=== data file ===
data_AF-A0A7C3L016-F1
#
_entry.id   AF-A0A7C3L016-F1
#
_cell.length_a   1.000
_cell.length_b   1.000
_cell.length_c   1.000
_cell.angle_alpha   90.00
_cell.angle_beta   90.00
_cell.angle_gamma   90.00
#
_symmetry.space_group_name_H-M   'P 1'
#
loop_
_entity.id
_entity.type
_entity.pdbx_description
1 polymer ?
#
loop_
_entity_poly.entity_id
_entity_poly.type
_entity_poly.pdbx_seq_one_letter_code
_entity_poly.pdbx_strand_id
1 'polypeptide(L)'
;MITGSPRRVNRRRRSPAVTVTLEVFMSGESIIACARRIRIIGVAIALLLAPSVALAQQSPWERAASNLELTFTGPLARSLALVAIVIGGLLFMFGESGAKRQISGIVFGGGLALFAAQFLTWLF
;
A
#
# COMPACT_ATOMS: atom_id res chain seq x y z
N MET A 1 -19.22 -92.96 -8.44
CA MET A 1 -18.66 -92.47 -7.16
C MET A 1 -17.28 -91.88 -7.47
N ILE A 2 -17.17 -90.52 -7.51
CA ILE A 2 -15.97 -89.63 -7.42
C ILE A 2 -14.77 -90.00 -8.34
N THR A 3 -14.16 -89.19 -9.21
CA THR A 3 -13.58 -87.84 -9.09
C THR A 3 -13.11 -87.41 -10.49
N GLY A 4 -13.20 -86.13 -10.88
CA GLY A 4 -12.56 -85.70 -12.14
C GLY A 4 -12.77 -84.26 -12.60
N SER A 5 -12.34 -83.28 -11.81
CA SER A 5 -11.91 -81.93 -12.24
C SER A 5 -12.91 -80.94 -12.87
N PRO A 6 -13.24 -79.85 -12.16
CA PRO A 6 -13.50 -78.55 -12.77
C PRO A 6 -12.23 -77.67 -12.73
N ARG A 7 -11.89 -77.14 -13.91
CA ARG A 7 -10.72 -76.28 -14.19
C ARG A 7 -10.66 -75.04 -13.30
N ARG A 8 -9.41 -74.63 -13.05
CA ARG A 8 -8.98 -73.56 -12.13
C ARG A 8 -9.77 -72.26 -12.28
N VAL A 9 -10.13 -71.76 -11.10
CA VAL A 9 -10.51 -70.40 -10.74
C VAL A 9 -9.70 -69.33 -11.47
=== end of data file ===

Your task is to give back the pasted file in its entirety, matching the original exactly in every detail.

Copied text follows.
data_AF-A0A7C3L016-F1
#
_entry.id   AF-A0A7C3L016-F1
#
_cell.length_a   1.000
_cell.length_b   1.000
_cell.length_c   1.000
_cell.angle_alpha   90.00
_cell.angle_beta   90.00
_cell.angle_gamma   90.00
#
_symmetry.space_group_name_H-M   'P 1'
#
loop_
_entity.id
_entity.type
_entity.pdbx_description
1 polymer ?
#
loop_
_entity_poly.entity_id
_entity_poly.type
_entity_poly.pdbx_seq_one_letter_code
_entity_poly.pdbx_strand_id
1 'polypeptide(L)'
;MITGSPRRVNRRRRSPAVTVTLEVFMSGESIIACARRIRIIGVAIALLLAPSVALAQQSPWERAASNLELTFTGPLARSLALVAIVIGGLLFMFGESGAKRQISGIVFGGGLALFAAQFLTWLF
;
A
#
# COMPACT_ATOMS: atom_id res chain seq x y z
N MET A 1 -19.22 -92.96 -8.44
CA MET A 1 -18.66 -92.47 -7.16
C MET A 1 -17.28 -91.88 -7.47
N ILE A 2 -17.17 -90.52 -7.51
CA ILE A 2 -15.97 -89.63 -7.42
C ILE A 2 -14.77 -90.00 -8.34
N THR A 3 -14.16 -89.19 -9.21
CA THR A 3 -13.58 -87.84 -9.09
C THR A 3 -13.11 -87.41 -10.49
N GLY A 4 -13.20 -86.13 -10.88
CA GLY A 4 -12.56 -85.70 -12.14
C GLY A 4 -12.77 -84.26 -12.60
N SER A 5 -12.34 -83.28 -11.81
CA SER A 5 -11.91 -81.93 -12.24
C SER A 5 -12.91 -80.94 -12.87
N PRO A 6 -13.24 -79.85 -12.16
CA PRO A 6 -13.50 -78.55 -12.77
C PRO A 6 -12.23 -77.67 -12.73
N ARG A 7 -11.89 -77.14 -13.91
CA ARG A 7 -10.72 -76.28 -14.19
C ARG A 7 -10.66 -75.04 -13.30
N ARG A 8 -9.41 -74.63 -13.05
CA ARG A 8 -8.98 -73.56 -12.13
C ARG A 8 -9.77 -72.26 -12.28
N VAL A 9 -10.13 -71.76 -11.10
CA VAL A 9 -10.51 -70.40 -10.74
C VAL A 9 -9.70 -69.33 -11.47